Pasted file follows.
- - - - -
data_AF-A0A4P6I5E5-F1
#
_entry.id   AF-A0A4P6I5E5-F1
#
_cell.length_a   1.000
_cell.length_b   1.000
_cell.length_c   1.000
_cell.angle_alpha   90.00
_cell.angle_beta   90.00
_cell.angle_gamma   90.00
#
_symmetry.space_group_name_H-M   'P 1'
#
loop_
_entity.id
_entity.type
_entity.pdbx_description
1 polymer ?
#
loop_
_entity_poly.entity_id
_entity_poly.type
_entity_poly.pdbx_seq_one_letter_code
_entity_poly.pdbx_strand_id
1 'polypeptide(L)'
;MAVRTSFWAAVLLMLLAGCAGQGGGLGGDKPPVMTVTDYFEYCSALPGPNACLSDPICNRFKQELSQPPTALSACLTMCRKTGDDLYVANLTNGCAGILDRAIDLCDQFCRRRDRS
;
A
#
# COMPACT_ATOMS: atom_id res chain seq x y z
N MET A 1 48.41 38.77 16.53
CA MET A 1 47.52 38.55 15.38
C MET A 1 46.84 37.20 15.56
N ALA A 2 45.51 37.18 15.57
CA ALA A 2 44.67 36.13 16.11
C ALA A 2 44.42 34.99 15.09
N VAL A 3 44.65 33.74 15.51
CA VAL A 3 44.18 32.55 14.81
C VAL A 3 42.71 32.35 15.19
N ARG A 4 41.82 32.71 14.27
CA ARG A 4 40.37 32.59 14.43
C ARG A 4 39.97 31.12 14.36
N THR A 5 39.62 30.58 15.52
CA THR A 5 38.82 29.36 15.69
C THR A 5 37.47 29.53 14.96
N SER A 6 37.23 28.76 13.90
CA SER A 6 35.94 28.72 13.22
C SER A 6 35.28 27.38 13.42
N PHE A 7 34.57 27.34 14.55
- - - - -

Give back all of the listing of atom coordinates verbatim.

data_AF-A0A4P6I5E5-F1
#
_entry.id   AF-A0A4P6I5E5-F1
#
_cell.length_a   1.000
_cell.length_b   1.000
_cell.length_c   1.000
_cell.angle_alpha   90.00
_cell.angle_beta   90.00
_cell.angle_gamma   90.00
#
_symmetry.space_group_name_H-M   'P 1'
#
loop_
_entity.id
_entity.type
_entity.pdbx_description
1 polymer ?
#
loop_
_entity_poly.entity_id
_entity_poly.type
_entity_poly.pdbx_seq_one_letter_code
_entity_poly.pdbx_strand_id
1 'polypeptide(L)'
;MAVRTSFWAAVLLMLLAGCAGQGGGLGGDKPPVMTVTDYFEYCSALPGPNACLSDPICNRFKQELSQPPTALSACLTMCRKTGDDLYVANLTNGCAGILDRAIDLCDQFCRRRDRS
;
A
#
# COMPACT_ATOMS: atom_id res chain seq x y z
N MET A 1 48.41 38.77 16.53
CA MET A 1 47.52 38.55 15.38
C MET A 1 46.84 37.20 15.56
N ALA A 2 45.51 37.18 15.57
CA ALA A 2 44.67 36.13 16.11
C ALA A 2 44.42 34.99 15.09
N VAL A 3 44.65 33.74 15.51
CA VAL A 3 44.18 32.55 14.81
C VAL A 3 42.71 32.35 15.19
N ARG A 4 41.82 32.71 14.27
CA ARG A 4 40.37 32.59 14.43
C ARG A 4 39.97 31.12 14.36
N THR A 5 39.62 30.58 15.52
CA THR A 5 38.82 29.36 15.69
C THR A 5 37.47 29.53 14.96
N SER A 6 37.23 28.76 13.90
CA SER A 6 35.94 28.72 13.22
C SER A 6 35.28 27.38 13.42
N PHE A 7 34.57 27.34 14.55